Differences between Word Intelligibility and Sentence Identification Responses to Synthetic Sentences
NAVAL SUBMARINE MEDICAL RESEARCH LAB GROTON CT
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The study compared directly the responses of word intelligibility and of sentence identification to the identical speech material. Synthetic sentences constructed by Speaks and Jerger, containing very little meaning, were mixed with white noise and presented to 64 Navy enlisted men who were asked in one case to write down as many words as they understood in each sentence, and in the second case simply to select the correct sentence from a printed list of ten sentences. The white noise tended to obscure the high-frequency consonant discriminations necessary for intelligibility, but left relatively untouched the perception of pitch contour and other prosodic parameters which made sentence identification still possible. A zero correlation between the two tasks revealed that sentence identification from a closed set of sentences is a task unrelated to an understanding of the individual words in a sentence. Thus sentence identification, though quick and useful for some purposes, cannot be used to assess intelligibility as such.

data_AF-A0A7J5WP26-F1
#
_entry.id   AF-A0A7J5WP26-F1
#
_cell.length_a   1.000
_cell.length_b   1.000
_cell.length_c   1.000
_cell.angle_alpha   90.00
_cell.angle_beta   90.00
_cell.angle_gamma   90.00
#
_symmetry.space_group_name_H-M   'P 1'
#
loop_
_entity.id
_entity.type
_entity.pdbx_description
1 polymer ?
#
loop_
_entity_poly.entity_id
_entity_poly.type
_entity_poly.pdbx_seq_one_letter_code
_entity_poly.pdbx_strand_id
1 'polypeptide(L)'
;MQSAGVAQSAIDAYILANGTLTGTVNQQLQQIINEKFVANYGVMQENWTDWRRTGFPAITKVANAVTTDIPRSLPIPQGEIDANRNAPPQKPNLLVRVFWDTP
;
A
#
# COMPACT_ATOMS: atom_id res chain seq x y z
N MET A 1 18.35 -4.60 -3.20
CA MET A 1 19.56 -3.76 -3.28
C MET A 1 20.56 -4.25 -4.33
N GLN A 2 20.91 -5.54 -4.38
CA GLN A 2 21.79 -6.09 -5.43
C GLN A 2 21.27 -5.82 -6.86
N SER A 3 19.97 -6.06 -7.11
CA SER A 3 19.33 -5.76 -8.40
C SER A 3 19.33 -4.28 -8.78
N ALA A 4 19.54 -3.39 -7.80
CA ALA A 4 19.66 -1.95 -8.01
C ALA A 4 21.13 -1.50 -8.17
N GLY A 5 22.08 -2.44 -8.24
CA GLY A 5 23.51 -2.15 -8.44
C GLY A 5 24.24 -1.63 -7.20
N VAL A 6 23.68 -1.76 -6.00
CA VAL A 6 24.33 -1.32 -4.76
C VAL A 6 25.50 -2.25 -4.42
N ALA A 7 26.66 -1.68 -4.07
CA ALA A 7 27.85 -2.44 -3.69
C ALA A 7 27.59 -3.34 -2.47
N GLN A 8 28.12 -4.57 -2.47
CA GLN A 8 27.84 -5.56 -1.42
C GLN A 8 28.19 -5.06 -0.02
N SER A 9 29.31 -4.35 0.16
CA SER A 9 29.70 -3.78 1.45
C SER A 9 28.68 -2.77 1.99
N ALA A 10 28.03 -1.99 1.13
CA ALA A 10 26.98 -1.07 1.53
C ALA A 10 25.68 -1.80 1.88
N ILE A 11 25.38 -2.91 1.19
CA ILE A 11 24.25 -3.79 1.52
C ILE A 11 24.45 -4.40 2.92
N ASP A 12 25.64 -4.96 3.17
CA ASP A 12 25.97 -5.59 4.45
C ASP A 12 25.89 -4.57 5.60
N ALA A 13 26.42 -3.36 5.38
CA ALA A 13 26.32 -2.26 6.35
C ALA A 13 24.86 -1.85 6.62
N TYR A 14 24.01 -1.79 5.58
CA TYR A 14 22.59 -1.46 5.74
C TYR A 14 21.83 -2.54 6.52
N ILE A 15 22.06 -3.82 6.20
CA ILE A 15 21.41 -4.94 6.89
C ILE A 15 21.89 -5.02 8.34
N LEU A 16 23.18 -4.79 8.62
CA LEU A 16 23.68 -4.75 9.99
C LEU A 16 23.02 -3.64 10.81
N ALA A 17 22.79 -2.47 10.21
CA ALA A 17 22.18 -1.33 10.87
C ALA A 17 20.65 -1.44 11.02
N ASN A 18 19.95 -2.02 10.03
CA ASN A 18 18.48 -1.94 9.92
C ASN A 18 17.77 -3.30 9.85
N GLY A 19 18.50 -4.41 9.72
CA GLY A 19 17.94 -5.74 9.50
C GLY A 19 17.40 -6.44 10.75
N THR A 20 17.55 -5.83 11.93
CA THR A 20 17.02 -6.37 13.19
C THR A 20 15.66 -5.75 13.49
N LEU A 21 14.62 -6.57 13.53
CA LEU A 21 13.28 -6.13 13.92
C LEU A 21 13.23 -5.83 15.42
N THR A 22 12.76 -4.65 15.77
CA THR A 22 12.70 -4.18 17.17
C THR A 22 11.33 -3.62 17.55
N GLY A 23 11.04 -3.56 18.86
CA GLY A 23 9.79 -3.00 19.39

- Voice Communications